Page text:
In the autumn, squirrels think about nuts so much that it may make their brains bigger
In the world of squirrel researchers, Stephanie Preston, a professor of psychology at the University of Michigan, is a bit of a legend. “She’s the one that actually discovered the head flick and it was first to document it,” says Mikel Delgado, a postdoctoral fellow at the School of Veterinary Medicine at the University of California-Davis.
That head flick is just one of several ways that squirrels assess nuts to either eat them or store them away for the winter. “She showed that the squirrels were actually weighing the nut as they shake their heads,” says Lucia Jacobs, professor of psychology at the University of California-Berkeley, where both Delgado and Preston did their graduate work. “She came to me as a graduate student and said, ‘Look what I found.'”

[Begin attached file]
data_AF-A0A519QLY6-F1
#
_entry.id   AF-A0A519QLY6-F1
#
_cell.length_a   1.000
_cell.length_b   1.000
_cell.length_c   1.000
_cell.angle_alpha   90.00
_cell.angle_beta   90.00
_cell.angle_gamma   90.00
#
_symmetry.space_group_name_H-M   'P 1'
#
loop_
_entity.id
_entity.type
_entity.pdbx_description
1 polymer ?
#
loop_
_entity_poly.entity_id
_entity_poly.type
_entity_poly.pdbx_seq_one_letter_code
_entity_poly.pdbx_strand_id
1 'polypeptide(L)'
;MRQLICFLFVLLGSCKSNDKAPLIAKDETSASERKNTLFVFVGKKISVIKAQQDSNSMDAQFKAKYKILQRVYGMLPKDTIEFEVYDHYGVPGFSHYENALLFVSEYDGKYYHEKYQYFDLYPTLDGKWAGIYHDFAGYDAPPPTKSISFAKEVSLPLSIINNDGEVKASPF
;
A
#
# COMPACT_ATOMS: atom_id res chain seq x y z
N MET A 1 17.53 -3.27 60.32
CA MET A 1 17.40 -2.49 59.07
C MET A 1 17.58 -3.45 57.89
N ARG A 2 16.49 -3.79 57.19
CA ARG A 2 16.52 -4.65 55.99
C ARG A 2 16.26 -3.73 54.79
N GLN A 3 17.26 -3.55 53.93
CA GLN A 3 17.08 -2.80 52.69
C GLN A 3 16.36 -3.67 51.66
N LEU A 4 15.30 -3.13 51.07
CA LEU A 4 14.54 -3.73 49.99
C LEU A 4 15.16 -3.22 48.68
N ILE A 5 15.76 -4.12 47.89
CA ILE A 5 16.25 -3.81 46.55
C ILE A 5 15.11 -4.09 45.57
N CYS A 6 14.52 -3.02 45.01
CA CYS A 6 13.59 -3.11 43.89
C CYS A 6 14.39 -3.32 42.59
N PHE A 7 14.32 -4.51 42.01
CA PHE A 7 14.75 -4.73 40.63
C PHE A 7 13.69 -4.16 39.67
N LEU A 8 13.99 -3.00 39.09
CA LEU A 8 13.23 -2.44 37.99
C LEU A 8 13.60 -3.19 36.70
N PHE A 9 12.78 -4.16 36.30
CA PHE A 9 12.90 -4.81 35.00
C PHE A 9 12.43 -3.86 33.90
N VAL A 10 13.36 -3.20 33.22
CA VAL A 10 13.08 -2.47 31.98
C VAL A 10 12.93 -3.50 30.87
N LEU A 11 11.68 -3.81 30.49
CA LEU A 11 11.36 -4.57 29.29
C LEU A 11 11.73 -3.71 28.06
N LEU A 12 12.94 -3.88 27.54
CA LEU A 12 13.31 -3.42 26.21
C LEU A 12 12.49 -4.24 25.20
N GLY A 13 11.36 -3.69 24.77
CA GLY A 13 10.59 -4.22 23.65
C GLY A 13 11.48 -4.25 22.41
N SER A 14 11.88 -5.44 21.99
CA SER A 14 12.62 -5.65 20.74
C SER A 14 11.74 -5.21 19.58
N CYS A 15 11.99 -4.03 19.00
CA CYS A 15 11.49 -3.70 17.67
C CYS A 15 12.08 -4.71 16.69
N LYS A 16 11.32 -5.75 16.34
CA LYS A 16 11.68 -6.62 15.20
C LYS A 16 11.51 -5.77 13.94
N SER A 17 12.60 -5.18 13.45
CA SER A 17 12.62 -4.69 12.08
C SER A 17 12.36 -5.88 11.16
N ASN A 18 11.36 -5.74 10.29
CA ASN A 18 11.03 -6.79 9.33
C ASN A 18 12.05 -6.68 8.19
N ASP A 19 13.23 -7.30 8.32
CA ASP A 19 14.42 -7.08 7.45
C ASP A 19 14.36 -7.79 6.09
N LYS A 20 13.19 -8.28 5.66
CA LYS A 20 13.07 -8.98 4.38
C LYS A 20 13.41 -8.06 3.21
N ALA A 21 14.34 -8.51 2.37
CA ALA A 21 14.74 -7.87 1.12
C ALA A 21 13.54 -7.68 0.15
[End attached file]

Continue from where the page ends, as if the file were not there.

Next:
Squirrels are central to the work at Jacobs’ interdisciplinary lab, which is featured in the wonderful new Nature documentary, A Squirrel’s Guide to Success on PBS. What she and her colleagues have found is that squirrels are incredibly systematic and methodical when it comes to nut storage, particularly squirrels that store food for the winter by scatter hoarding—burying many nuts over a wide area. The scientists suspect that the behavior requires so much brain power that it accounts for brain growth they’ve observed in some types of squirrels during prime nut-hoarding season.
Read the full article at Quartz.